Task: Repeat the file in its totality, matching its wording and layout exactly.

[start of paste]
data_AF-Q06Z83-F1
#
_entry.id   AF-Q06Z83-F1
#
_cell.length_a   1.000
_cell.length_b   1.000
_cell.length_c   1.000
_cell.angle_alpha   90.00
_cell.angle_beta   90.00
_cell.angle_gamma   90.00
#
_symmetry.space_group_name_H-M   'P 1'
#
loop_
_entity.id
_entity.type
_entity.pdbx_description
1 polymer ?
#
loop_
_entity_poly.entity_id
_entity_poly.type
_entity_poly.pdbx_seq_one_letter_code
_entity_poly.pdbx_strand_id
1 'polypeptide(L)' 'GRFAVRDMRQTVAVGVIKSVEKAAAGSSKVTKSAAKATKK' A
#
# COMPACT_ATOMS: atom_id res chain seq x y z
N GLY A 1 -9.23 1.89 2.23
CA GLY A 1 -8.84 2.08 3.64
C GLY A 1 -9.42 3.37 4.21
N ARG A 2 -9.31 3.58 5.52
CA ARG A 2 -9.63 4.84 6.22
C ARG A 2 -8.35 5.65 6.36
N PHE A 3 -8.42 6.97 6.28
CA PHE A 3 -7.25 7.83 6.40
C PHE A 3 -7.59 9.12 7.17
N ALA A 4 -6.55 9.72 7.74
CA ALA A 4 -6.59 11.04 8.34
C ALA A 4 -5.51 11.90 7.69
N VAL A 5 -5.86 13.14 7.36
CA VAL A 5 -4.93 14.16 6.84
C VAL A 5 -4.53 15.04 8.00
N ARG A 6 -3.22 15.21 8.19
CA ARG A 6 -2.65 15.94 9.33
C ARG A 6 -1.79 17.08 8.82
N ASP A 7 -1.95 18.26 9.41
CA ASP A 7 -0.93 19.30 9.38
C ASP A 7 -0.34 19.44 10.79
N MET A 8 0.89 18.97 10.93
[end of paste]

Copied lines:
data_AF-Q06Z83-F1
#
_entry.id   AF-Q06Z83-F1
#
_cell.length_a   1.000
_cell.length_b   1.000
_cell.length_c   1.000
_cell.angle_alpha   90.00
_cell.angle_beta   90.00
_cell.angle_gamma   90.00
#
_symmetry.space_group_name_H-M   'P 1'
#
loop_
_entity.id
_entity.type
_entity.pdbx_description
1 polymer ?
#
loop_
_entity_poly.entity_id
_entity_poly.type
_entity_poly.pdbx_seq_one_letter_code
_entity_poly.pdbx_strand_id
1 'polypeptide(L)' 'GRFAVRDMRQTVAVGVIKSVEKAAAGSSKVTKSAAKATKK' A
#
# COMPACT_ATOMS: atom_id res chain seq x y z
N GLY A 1 -9.23 1.89 2.23
CA GLY A 1 -8.84 2.08 3.64
C GLY A 1 -9.42 3.37 4.21
N ARG A 2 -9.31 3.58 5.52
CA ARG A 2 -9.63 4.84 6.22
C ARG A 2 -8.35 5.65 6.36
N PHE A 3 -8.42 6.97 6.28
CA PHE A 3 -7.25 7.83 6.40
C PHE A 3 -7.59 9.12 7.17
N ALA A 4 -6.55 9.72 7.74
CA ALA A 4 -6.59 11.04 8.34
C ALA A 4 -5.51 11.90 7.69
N VAL A 5 -5.86 13.14 7.36
CA VAL A 5 -4.93 14.16 6.84
C VAL A 5 -4.53 15.04 8.00
N ARG A 6 -3.22 15.21 8.19
CA ARG A 6 -2.65 15.94 9.33
C ARG A 6 -1.79 17.08 8.82
N ASP A 7 -1.95 18.26 9.41
CA ASP A 7 -0.93 19.30 9.38
C ASP A 7 -0.34 19.44 10.79
N MET A 8 0.89 18.97 10.93